Spinal muscular atrophy (SMA) is a genetic disease affecting the part of the nervous system that controls voluntary muscle movement.
Most of the nerve cells that control muscles are located in the spinal cord, which accounts for the word spinal in the name of the disease. SMA is muscular because its primary effect is on muscles, which don’t receive signals from these nerve cells. Atrophy is the medical term for getting smaller, which is what generally happens to muscles when they’re not active.
SMA involves the loss of nerve cells called motor neurons in the spinal cord and is classified as a motor neuron disease.
In the most common form of SMA (chromosome 5 SMA, or SMN-related SMA), there is wide variability in age of onset, symptoms and rate of progression. In order to account for these differences, the chromosome 5 SMA often is classified into types 1 through 4.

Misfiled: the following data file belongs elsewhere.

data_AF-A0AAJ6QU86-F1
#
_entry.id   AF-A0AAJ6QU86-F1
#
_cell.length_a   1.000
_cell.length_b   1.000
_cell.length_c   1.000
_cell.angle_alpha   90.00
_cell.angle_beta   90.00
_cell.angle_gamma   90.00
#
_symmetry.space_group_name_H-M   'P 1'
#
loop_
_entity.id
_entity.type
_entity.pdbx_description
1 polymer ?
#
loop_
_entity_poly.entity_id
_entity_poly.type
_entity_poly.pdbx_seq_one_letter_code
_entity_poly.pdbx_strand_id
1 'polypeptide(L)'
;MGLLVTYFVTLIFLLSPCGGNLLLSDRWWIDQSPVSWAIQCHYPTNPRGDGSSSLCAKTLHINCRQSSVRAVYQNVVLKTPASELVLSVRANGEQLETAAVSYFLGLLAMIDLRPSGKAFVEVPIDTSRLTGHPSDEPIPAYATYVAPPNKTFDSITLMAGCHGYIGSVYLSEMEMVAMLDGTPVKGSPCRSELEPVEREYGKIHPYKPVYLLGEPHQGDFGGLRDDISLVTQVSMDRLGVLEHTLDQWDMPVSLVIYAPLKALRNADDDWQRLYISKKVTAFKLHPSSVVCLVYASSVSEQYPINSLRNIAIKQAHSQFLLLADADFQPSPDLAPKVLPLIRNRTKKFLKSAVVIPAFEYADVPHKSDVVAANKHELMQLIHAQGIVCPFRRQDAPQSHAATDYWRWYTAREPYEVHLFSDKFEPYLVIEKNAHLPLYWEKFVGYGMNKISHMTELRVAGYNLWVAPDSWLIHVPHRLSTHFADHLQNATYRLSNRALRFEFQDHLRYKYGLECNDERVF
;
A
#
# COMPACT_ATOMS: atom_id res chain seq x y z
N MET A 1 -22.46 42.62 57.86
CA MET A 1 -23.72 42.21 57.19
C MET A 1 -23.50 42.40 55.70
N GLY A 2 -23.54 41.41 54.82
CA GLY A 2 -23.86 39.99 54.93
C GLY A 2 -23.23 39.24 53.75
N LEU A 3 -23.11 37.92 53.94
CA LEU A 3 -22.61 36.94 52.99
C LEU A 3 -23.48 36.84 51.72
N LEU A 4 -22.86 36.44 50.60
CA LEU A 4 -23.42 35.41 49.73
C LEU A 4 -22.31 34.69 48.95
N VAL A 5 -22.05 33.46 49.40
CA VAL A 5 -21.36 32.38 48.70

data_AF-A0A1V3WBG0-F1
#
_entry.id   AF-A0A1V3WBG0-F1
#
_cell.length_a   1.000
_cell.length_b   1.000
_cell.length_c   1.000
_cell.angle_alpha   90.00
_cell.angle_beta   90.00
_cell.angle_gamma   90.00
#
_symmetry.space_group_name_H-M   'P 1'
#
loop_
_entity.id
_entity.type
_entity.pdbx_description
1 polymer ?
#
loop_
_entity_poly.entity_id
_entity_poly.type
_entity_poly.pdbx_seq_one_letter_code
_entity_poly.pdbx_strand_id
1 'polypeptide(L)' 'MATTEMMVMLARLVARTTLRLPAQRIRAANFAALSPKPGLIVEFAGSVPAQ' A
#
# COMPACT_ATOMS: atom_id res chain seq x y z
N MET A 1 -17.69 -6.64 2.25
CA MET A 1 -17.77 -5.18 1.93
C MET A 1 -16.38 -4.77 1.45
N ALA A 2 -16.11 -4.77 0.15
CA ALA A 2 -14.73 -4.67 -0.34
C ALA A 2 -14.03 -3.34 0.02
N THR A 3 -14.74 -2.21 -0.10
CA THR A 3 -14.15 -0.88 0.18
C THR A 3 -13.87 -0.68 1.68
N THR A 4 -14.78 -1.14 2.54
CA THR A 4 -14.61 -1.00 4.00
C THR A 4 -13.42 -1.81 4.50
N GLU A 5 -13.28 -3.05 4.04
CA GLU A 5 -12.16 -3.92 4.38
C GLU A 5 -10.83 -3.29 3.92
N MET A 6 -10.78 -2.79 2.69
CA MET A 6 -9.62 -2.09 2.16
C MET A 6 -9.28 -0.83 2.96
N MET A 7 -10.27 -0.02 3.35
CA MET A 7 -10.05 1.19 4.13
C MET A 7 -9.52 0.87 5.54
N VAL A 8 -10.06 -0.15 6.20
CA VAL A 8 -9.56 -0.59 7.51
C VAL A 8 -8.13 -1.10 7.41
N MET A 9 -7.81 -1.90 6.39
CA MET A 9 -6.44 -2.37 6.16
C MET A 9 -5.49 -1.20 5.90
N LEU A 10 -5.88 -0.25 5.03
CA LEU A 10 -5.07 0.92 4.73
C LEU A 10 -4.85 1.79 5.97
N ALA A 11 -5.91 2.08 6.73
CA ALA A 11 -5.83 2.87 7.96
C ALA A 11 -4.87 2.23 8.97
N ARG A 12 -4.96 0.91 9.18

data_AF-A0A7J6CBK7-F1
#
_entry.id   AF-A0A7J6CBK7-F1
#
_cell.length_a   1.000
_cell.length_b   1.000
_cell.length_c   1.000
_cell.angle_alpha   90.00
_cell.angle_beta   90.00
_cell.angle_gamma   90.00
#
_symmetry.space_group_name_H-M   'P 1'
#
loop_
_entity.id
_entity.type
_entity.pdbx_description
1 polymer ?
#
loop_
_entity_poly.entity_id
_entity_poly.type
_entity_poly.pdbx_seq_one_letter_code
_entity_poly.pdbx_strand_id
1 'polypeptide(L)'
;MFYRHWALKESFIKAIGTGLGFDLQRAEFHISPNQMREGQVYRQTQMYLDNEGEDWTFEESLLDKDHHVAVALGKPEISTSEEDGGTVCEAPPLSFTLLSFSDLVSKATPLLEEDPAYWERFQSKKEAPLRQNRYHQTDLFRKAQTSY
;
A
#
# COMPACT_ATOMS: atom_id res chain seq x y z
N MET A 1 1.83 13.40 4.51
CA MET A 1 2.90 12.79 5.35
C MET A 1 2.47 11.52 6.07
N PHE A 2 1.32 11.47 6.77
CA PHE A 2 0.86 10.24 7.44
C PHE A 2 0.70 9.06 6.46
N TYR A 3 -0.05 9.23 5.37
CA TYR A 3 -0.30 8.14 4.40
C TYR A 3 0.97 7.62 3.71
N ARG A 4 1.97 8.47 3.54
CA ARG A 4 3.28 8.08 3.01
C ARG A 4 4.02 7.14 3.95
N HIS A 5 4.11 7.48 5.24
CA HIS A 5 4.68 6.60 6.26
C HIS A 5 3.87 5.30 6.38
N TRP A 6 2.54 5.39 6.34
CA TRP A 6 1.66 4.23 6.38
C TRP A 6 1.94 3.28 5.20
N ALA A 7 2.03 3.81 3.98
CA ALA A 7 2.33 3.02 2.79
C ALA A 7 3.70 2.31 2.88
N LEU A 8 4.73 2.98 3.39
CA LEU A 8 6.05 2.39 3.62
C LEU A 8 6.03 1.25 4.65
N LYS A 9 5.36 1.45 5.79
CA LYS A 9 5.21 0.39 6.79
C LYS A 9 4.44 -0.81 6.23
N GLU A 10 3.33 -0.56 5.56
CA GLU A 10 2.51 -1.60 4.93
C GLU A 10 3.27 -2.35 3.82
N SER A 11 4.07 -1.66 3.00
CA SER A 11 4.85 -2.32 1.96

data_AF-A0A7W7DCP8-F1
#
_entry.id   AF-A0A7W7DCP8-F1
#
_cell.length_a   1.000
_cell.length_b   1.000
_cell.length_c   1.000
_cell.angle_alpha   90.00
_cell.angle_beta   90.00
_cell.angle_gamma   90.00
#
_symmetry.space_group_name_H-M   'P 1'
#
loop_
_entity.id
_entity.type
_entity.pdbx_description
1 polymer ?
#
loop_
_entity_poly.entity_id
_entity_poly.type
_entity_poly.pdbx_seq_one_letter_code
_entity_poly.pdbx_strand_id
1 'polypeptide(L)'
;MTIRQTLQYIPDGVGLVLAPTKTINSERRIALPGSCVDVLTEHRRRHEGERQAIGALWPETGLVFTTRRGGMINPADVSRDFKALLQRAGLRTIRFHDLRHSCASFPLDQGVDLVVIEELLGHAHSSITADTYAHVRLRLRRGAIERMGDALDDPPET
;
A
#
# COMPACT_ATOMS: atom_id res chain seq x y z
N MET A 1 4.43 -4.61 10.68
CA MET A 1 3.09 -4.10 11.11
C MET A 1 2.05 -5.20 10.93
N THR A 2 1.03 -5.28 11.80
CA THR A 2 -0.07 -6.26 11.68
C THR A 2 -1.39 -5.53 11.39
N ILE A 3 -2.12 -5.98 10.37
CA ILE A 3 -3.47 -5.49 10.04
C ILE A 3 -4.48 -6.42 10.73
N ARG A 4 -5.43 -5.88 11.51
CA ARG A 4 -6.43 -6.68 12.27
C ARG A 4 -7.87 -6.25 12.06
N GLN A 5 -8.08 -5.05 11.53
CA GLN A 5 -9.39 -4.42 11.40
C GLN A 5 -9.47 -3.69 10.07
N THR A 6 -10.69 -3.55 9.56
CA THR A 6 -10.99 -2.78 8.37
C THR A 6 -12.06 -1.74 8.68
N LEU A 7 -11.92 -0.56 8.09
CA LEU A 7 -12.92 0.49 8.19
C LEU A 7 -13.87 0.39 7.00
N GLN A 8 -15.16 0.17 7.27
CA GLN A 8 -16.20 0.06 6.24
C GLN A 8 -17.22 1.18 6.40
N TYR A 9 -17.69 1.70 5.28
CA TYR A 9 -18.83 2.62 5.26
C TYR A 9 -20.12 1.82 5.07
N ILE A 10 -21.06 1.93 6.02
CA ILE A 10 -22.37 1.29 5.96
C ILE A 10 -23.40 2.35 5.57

The age at which SMA symptoms begin roughly correlates with the degree to which motor function is affected: The earlier the age of onset, the greater the impact on motor function. Children who display symptoms at birth or in infancy typically have the lowest level of functioning (type 1). SMA onset in children (types 2 and 3), teens or adults (type 4) generally correlates with increasingly higher levels of motor function.